When I was very young - say 6/7ish - my mother who isn't prone to taking to the streets to protest, became very angry in our local sweetshop. I dimly understood why at the time. It was something to do with magazines she didn't like. Around the same time I also remember her shooing away teenagers who congegrated in the bush at the park which backed onto the bottom of our garden, to snog and smoke, as teenagers do. 6 year old me was fascinated to see a girl in a bra and skirt, and a little puzzled as to what was making my mum so cross.
As I grew up, I came to understand what had made my mother so angry, and as a young woman, dealing with the casual sexism of page 3, having my bum pinched by boys, or being aggressively chatted up by men in bars, I became angry too. And a feminist. I remember many arguments while I was a student with guys my own age, who simply didn't get where I was coming from. Well you wouldn't would you, if you've never been discriminated against. I was determined that I was going to be independent, combine a career with a family and never rely on a man...
Then real life intervened, as it is wont to do. I didn't stop being a feminist, as such, but quite frankly it went on the back burner in the years when my children were small. Daily life was such a struggle, I didn't have the energy for gender politics. And to be honest, I don't think it was much easier for Spouse. While I was firefighting at home, the onus was (and still is to a large extent) on him to bring the bacon in.
However, I have four daughters, and I want them to learn from my mistakes (have a career that pays you enough to make it worthwhile carrying on working, would be one lesson I'd teach them), and I also want them to feel the world is their oyster, and being a girl shouldn't be a reason for them to ever think they can't do anything. To an extent, I think that's worked. They've grown up in a world which expects equality, and they are so sure that it exists, they think at the moment feminism is irrelevant. The gender war is over, it's all done and dealt with. My eldest daughter is planning on a career in engineering, and sees her sex as no barrier (I can remember there was one girl on the civil engineering course when I was a student) - hurrah for her. The second, however has no idea what she wants to do bar being a wife and mother. Which I find dispiriting to say the least. She not only thinks feminism is irrelevant, but for her, it's almost as if it hasn't happened.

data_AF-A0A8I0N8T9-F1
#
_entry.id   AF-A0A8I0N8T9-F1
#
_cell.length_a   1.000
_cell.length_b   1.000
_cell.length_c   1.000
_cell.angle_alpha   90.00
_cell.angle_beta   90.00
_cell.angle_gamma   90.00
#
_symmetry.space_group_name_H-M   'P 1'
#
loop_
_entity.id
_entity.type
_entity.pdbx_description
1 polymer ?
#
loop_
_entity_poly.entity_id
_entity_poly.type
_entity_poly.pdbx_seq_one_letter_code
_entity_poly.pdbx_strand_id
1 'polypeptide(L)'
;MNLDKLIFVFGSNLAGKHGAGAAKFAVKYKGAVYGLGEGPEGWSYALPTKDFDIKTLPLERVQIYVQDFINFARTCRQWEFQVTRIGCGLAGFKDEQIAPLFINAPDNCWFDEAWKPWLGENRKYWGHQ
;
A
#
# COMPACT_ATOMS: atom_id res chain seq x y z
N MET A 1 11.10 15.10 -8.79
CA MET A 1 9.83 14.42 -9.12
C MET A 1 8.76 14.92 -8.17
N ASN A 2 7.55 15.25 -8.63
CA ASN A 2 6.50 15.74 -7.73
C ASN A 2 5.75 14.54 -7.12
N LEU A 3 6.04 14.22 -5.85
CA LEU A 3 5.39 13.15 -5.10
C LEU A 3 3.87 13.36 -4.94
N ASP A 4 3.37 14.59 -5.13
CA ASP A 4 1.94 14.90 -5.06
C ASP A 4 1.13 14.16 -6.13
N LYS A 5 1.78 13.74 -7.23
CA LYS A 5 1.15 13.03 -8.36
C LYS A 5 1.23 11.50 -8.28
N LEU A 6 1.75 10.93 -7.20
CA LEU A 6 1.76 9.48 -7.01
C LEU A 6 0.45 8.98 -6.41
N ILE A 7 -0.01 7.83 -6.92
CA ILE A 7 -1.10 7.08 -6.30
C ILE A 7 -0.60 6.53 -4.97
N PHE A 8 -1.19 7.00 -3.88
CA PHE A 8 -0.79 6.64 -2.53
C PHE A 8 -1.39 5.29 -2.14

Because in the time when I had my head down and wasn't paying attention, I feel that we've gone backwards. Sure I had a lot of teasing from boys about feminism in my student days, but they respected my opinion, and on occasion I won some of them round. I was immensely depressed to read this article the other day about a bunch of teenage girls who started a feminist society at their school and got this foul and vicious reaction to it.
Have things really got so bad? Why are boys behaving in such a vile manner because girls are calling for more equality? The guys I knew when I was young might have been sexist, but they knew they were, and they also on the whole have grown into men who've tried at least to take an equal share in domestic tasks, and bringing up families. We've a long way to go still, but I genuinely thought things had got better. But in fact, I think it's got worse, and my daughters face a far harder time then I did.
One of the problems I think is that this generation has been much more exposed to sex from a young age then we were. I can remember being horrified watching Britney Spears on Blue Peter doing a routine which was totally inappropriate when my kids were under 10. Trying to buy clothes that didn't make them look tarty has also been a huge issue. And currently I am battling with my lot about the underwear they buy. They get it from places like Primark, and think it's pretty - a lot of it looks like it should belong in a brothel. They watch Waterloo Road and Eastenders where people casually hop in and out of bed, with very little discussion about the emotional impact. I know I'm beginning to sound like a prude (I'm really not!), but it seems to me, the pendulum has swung too far the other way from, sex being taboo, to it almost being something you do as recreational activity.